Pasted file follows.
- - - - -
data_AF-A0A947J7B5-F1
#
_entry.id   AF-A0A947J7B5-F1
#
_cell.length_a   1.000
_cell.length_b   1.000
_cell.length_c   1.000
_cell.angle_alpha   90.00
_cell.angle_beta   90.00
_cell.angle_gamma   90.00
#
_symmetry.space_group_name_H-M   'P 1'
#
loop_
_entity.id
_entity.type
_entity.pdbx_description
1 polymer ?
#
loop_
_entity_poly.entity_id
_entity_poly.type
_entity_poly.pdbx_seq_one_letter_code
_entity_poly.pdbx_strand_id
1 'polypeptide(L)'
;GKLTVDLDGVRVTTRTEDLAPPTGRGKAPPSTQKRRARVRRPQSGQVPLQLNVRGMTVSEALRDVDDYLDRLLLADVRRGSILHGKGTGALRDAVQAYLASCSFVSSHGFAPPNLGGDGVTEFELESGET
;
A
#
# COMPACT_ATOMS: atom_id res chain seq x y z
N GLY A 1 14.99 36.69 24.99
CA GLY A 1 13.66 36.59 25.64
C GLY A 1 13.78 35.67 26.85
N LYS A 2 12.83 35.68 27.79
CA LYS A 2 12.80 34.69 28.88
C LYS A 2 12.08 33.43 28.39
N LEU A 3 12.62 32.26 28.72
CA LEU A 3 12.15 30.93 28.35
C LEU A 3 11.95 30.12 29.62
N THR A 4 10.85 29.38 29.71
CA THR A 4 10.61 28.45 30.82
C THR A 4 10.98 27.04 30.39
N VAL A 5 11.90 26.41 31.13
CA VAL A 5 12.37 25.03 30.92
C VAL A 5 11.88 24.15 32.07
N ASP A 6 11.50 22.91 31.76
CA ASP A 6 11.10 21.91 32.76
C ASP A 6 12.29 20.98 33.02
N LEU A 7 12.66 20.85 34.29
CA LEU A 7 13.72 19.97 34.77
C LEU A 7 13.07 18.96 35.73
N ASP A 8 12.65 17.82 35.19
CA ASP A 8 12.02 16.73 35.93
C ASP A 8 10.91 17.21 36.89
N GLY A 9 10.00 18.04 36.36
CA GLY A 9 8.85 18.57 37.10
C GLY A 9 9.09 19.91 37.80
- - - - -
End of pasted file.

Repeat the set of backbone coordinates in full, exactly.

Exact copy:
data_AF-A0A947J7B5-F1
#
_entry.id   AF-A0A947J7B5-F1
#
_cell.length_a   1.000
_cell.length_b   1.000
_cell.length_c   1.000
_cell.angle_alpha   90.00
_cell.angle_beta   90.00
_cell.angle_gamma   90.00
#
_symmetry.space_group_name_H-M   'P 1'
#
loop_
_entity.id
_entity.type
_entity.pdbx_description
1 polymer ?
#
loop_
_entity_poly.entity_id
_entity_poly.type
_entity_poly.pdbx_seq_one_letter_code
_entity_poly.pdbx_strand_id
1 'polypeptide(L)'
;GKLTVDLDGVRVTTRTEDLAPPTGRGKAPPSTQKRRARVRRPQSGQVPLQLNVRGMTVSEALRDVDDYLDRLLLADVRRGSILHGKGTGALRDAVQAYLASCSFVSSHGFAPPNLGGDGVTEFELESGET
;
A
#
# COMPACT_ATOMS: atom_id res chain seq x y z
N GLY A 1 14.99 36.69 24.99
CA GLY A 1 13.66 36.59 25.64
C GLY A 1 13.78 35.67 26.85
N LYS A 2 12.83 35.68 27.79
CA LYS A 2 12.80 34.69 28.88
C LYS A 2 12.08 33.43 28.39
N LEU A 3 12.62 32.26 28.72
CA LEU A 3 12.15 30.93 28.35
C LEU A 3 11.95 30.12 29.62
N THR A 4 10.85 29.38 29.71
CA THR A 4 10.61 28.45 30.82
C THR A 4 10.98 27.04 30.39
N VAL A 5 11.90 26.41 31.13
CA VAL A 5 12.37 25.03 30.92
C VAL A 5 11.88 24.15 32.07
N ASP A 6 11.50 22.91 31.76
CA ASP A 6 11.10 21.91 32.76
C ASP A 6 12.29 20.98 33.02
N LEU A 7 12.66 20.85 34.29
CA LEU A 7 13.72 19.97 34.77
C LEU A 7 13.07 18.96 35.73
N ASP A 8 12.65 17.82 35.19
CA ASP A 8 12.02 16.73 35.93
C ASP A 8 10.91 17.21 36.89
N GLY A 9 10.00 18.04 36.36
CA GLY A 9 8.85 18.57 37.10
C GLY A 9 9.09 19.91 37.80